Not only was the show entertaining, but when West Hartford’s Kingswood Oxford School performed the musical there were important lessons to be learned.
Submitted by Jackie Pisani, Kingswood Oxford School
Kingswood Oxford’s thespians got down to work and sent off a blistering performance of “9 to 5: The Musical” on Feb. 26 and 27. Based on the triumphant classic 1980s film featuring the troika of Dolly Parton, Lily Tomlin, and Jane Fonda, the story centers around the women overcoming their odious, misogynist boss, Mr. Hart.
Once again, the award-winning KO Theater Department, spearheaded by Director of Theater Kyle Reynolds tackled the thorny issue of sexual harassment and used the material as a learning experience for the students. Concerned that Mr. Hart’s over-the-top behavior would appear as an endorsement because his character is played for laughs, prior to the performance the students attend a Zoom meeting with Broadway stars to discuss performing the work.
With the goal of opening up the dialogue, Reynolds recently brought in an impressive line-up of Broadway actors and actresses to the “9 to 5” student cast via Zoom, all of whom had first-hand knowledge of tackling difficult material on stage, and specifically surrounding the “9 to 5” show itself. These included Janelle Robinson (“Mary Poppins,” “Showboat,” “Thoroughly Modern Millie”), Ioana Alfanso (“9 to 5,” “Wicked,” “American Son”), Jessica Lea Patty (“9 to 5,” “Evita,” “Bandstand”), and Michael Mindlin (“9 to 5,” “Hamilton,” “Aladdin”). Additionally, two female members of the KO community shared their own accounts of what they faced as young women in college and transitioning into the workforce during the time period from the 1970s through the 1980s. Their accounts were first-hand examples of how despite the galvanizing women’s movement in the 1960s, discrimination and sexual harassment were ever-present.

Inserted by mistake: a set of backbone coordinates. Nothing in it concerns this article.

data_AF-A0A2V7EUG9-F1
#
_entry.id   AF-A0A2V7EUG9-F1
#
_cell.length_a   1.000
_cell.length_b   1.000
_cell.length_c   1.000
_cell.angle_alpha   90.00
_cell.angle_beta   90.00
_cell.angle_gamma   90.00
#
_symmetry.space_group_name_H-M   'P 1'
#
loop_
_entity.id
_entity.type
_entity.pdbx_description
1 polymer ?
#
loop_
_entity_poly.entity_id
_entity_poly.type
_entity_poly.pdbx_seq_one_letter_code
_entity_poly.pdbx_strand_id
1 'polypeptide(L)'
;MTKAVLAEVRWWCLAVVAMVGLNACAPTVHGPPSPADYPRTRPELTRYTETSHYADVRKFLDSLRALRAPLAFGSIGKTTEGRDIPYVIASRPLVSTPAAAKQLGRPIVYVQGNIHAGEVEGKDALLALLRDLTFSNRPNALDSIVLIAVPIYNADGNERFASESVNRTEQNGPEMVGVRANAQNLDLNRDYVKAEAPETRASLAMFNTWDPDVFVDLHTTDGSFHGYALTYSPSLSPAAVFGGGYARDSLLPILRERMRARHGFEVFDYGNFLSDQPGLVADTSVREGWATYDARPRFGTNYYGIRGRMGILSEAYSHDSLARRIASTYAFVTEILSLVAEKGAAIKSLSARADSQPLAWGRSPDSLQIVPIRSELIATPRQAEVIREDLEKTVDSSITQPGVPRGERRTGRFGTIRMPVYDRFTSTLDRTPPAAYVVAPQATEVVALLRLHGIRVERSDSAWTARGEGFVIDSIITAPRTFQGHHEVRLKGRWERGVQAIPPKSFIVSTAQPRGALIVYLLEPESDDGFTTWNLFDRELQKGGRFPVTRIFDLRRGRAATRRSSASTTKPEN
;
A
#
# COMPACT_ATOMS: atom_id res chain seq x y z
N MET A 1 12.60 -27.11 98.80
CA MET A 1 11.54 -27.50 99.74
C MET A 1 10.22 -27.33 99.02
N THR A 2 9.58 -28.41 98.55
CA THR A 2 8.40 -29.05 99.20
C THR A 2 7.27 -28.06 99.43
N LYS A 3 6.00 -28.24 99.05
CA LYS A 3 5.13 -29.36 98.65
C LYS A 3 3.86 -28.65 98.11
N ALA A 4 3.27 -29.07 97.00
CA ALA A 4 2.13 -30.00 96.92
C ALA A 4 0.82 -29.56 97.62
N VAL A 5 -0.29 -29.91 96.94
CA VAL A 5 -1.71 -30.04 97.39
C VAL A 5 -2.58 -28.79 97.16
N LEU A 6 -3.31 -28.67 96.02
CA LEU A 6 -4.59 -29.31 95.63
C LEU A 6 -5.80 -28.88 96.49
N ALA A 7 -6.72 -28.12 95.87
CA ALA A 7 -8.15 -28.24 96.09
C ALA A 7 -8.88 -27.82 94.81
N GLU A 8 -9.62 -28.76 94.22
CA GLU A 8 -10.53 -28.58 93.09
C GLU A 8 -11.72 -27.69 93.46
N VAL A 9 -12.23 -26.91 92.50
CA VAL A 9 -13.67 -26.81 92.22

Broadway star Janelle Robinson said, “If it is a show that is written well and has a good script, it will have controversy and conflict. Otherwise, there is nothing to fight for in the storyline.” She encouraged the actors and actresses to take the conflict at hand and turn it into something positive for the school and the community at large by showcasing the problems of that time.
“Yes it is an important conversation, and it is also important to remember why we do theater and that standing up on stage and portraying characters gives us the freedom to have these hard conversations and have things that speak to all of us,” she said. She encouraged the performers to keep open minds and use the performance to inform, enlighten, and open the story one can tell through this piece.”
Despite the challenging topic, the musical is chock full of fantastic dancing and musical numbers, opening with the rousing and energizing ensemble number “9 to 5.” The beautiful and powerful song of resilience and hope, “I Just Might,” blending the harmonies of the three female leads McKenzie Campbell Serafina Squatrito, and Avery Schiff was a highlight as was the down-home hootenanny “Cowgirl’s Revenge.”
The staging of “Hart to Heart,” a scene that occurs in the women’s bathroom with singers and dancers wearing the same red business suit and frizzy, badly permed wig of the main singer Roz appearing from a row of bathroom stalls gained several hoots and hollers from the crowd. Faith Potter as Roz performed the number with great comedic timing. To the delight of the audience, when the women overcome Mr. Hart’s abuse (played by Ricardo Croes-Ball to smarmy perfection), he is carted off on a rope suspended from the ceiling.
After 40 years from the movie’s premiere, the themes of “9 to 5” are as socially impactful as they ever were.
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